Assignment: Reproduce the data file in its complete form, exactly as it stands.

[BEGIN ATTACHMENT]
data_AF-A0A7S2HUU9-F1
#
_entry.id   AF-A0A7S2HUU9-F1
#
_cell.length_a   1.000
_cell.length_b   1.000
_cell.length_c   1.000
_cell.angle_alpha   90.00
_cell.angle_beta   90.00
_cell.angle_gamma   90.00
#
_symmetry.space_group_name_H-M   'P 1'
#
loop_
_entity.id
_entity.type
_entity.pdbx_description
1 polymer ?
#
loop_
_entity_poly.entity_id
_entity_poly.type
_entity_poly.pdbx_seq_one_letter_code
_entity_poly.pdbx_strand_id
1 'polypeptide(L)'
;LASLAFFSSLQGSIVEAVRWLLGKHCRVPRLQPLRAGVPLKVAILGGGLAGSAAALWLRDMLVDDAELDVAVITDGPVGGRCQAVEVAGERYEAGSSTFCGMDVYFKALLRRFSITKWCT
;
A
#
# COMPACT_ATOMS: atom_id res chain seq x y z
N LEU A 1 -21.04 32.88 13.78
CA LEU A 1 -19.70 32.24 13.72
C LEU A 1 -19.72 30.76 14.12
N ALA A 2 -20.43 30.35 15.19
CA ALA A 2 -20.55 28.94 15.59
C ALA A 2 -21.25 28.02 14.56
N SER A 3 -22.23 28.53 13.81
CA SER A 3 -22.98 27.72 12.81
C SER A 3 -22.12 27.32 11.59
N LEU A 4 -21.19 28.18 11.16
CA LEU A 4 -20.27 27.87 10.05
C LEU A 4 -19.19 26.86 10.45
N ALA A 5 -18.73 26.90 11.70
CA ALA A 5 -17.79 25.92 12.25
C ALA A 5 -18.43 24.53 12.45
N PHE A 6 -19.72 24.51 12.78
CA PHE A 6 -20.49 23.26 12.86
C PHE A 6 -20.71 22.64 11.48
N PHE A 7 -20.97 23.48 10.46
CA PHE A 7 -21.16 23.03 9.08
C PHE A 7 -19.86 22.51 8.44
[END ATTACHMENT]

data_AF-A0A7S2HUU9-F1
#
_entry.id   AF-A0A7S2HUU9-F1
#
_cell.length_a   1.000
_cell.length_b   1.000
_cell.length_c   1.000
_cell.angle_alpha   90.00
_cell.angle_beta   90.00
_cell.angle_gamma   90.00
#
_symmetry.space_group_name_H-M   'P 1'
#
loop_
_entity.id
_entity.type
_entity.pdbx_description
1 polymer ?
#
loop_
_entity_poly.entity_id
_entity_poly.type
_entity_poly.pdbx_seq_one_letter_code
_entity_poly.pdbx_strand_id
1 'polypeptide(L)'
;LASLAFFSSLQGSIVEAVRWLLGKHCRVPRLQPLRAGVPLKVAILGGGLAGSAAALWLRDMLVDDAELDVAVITDGPVGGRCQAVEVAGERYEAGSSTFCGMDVYFKALLRRFSITKWCT
;
A
#
# COMPACT_ATOMS: atom_id res chain seq x y z
N LEU A 1 -21.04 32.88 13.78
CA LEU A 1 -19.70 32.24 13.72
C LEU A 1 -19.72 30.76 14.12
N ALA A 2 -20.43 30.35 15.19
CA ALA A 2 -20.55 28.94 15.59
C ALA A 2 -21.25 28.02 14.56
N SER A 3 -22.23 28.53 13.81
CA SER A 3 -22.98 27.72 12.81
C SER A 3 -22.12 27.32 11.59
N LEU A 4 -21.19 28.18 11.16
CA LEU A 4 -20.27 27.87 10.05
C LEU A 4 -19.19 26.86 10.45
N ALA A 5 -18.73 26.90 11.70
CA ALA A 5 -17.79 25.92 12.25
C ALA A 5 -18.43 24.53 12.45
N PHE A 6 -19.72 24.51 12.78
CA PHE A 6 -20.49 23.26 12.86
C PHE A 6 -20.71 22.64 11.48
N PHE A 7 -20.97 23.48 10.46
CA PHE A 7 -21.16 23.03 9.08
C PHE A 7 -19.86 22.51 8.44